We started talking about the theory of architecture, how buildings can make you feel or think and the way that the decisions made during the design process all come from the concept and context of the project.

I found it very exciting to be discussing such an interesting project and approaching a brief by talking about emotive and subjective concepts.  The idea and theory behind this project and what the building should be like and how people respond to it, could be set as a project for a diploma course in architecture.

I hope to be able to tell you more about this project and I look forward to seeing it develop.

All in all a very enjoyable day helping people and I’m looking forward to more in the New Year.

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4 responses to “Ask The Architect – The ridiculous and sublime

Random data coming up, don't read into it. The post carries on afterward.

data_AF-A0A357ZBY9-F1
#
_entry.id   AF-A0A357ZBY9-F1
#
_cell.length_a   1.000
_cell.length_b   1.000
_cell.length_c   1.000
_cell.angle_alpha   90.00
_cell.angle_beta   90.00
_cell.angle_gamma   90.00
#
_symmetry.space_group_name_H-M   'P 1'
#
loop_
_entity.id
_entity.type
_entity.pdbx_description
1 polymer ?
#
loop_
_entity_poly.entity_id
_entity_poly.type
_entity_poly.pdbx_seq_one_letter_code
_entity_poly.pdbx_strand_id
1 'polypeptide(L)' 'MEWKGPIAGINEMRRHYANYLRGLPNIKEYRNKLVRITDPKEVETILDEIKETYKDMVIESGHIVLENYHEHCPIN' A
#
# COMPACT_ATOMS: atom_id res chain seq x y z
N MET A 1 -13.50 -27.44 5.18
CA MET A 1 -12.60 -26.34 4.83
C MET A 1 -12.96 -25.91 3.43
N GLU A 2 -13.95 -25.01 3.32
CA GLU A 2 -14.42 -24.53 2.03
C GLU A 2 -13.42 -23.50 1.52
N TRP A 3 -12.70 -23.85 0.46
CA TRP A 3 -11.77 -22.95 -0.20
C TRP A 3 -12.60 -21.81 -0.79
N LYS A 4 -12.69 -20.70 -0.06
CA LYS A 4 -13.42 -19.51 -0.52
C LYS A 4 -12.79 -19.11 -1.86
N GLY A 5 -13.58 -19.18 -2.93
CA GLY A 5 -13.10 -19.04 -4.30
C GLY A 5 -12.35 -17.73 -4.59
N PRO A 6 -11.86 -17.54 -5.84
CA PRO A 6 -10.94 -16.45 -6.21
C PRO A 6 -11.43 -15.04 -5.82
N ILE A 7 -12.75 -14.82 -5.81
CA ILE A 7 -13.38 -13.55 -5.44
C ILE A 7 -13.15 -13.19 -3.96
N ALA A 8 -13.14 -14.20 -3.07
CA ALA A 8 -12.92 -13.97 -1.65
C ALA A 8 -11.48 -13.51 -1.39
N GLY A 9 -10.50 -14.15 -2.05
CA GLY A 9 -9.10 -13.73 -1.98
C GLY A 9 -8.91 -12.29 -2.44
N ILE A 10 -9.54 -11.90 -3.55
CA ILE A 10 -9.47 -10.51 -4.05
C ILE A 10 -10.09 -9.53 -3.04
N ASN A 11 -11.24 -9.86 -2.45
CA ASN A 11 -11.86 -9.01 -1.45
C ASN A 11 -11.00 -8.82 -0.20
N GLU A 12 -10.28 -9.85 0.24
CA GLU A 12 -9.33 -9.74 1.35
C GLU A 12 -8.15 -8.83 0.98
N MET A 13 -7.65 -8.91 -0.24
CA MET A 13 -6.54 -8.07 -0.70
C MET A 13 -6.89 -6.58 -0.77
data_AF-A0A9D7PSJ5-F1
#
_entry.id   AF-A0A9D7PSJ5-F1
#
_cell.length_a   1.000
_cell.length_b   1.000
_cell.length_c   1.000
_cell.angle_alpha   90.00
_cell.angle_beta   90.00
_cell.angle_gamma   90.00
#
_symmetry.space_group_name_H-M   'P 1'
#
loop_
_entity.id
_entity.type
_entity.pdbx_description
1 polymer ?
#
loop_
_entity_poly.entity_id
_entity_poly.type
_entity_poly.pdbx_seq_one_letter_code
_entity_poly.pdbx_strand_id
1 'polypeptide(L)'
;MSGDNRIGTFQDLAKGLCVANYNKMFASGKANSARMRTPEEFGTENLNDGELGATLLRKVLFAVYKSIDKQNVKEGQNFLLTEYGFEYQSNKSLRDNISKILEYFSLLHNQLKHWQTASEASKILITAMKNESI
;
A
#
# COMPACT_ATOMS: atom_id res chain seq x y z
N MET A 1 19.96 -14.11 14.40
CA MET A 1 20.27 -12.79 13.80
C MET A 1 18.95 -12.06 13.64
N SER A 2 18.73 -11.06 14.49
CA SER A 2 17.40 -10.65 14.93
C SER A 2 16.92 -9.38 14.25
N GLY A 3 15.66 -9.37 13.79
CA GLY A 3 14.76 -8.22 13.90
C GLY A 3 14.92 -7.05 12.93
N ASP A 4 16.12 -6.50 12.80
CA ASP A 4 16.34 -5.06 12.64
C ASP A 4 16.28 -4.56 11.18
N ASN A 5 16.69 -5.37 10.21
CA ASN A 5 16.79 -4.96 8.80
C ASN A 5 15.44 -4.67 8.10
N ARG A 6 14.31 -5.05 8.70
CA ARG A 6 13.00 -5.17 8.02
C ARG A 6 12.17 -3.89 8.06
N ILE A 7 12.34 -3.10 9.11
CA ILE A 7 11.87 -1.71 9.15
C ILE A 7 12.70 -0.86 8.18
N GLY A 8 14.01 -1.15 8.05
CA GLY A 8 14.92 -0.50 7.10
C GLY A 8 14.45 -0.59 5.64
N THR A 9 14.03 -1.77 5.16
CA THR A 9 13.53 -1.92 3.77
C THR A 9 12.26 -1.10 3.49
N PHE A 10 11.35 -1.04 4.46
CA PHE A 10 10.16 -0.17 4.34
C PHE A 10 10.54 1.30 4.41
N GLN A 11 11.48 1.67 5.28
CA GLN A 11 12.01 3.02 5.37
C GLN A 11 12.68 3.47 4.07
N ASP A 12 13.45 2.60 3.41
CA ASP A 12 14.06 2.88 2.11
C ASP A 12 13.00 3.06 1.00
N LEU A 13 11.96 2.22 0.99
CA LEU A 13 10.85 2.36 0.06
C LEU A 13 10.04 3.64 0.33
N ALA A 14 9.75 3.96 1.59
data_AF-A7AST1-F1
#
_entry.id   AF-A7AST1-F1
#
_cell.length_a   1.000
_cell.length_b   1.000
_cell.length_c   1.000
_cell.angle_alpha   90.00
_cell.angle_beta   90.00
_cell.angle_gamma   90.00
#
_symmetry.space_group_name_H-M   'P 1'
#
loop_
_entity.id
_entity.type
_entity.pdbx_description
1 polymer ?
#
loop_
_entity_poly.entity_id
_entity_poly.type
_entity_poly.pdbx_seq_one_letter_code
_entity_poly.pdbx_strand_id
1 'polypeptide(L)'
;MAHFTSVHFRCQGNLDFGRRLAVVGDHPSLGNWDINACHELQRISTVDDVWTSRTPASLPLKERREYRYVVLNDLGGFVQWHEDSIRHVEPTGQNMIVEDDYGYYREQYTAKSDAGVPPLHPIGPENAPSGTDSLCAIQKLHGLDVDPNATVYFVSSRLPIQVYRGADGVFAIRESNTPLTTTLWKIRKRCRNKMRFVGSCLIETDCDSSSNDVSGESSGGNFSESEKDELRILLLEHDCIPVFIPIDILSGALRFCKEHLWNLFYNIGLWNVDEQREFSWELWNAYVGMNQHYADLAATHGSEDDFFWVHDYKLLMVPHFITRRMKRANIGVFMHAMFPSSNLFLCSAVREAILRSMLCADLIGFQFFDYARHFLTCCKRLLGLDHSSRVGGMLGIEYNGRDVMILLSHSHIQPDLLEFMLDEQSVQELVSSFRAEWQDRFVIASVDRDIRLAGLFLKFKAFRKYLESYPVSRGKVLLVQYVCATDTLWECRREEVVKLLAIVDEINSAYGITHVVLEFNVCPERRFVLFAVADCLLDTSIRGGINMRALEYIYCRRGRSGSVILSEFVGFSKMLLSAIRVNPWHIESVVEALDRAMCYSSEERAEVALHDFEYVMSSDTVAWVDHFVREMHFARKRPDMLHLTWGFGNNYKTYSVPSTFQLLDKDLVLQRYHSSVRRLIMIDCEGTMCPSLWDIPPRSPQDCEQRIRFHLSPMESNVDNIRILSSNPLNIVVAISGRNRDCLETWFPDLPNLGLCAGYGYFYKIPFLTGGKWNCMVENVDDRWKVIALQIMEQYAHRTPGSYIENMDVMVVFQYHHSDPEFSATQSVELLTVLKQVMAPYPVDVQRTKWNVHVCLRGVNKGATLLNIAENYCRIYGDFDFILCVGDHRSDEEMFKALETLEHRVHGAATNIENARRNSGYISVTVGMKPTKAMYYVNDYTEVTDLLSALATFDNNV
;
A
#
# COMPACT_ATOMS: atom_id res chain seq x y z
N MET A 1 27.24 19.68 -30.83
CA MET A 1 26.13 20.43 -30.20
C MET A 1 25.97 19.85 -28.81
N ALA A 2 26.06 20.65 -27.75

1. Given the rush of the all the holiday madness and gladness it has been a late response to the above comments of Matthew Franklin, so I would like to say a few words now about attending an ‘Ask the Architect’ meeting in Dec 2011:

    Sometimes ideas pop into our heads inspired by images of art and architecture that both transcend our everyday lives while simultaneously acknowledging the importance of a moment. Perhaps it is the moment, as one artist put it, ‘when that which is most familiar seems most strange’.

    I believe this is the case with good architecture. We know we are walking into what we call a ‘building’. It is a functional place with rooms, windows and doors. Yet, great architecture causes us to pause and realize that we are not just in a place to move about aimlessly, but to move with purpose and thought. Perhaps it is a place to change and alter the way we think altogether. Conceiving of such a place takes what I would call an ‘architectural mind’. A way of seeing spaces not just as function, but as philosophy, radical change, and empowerment.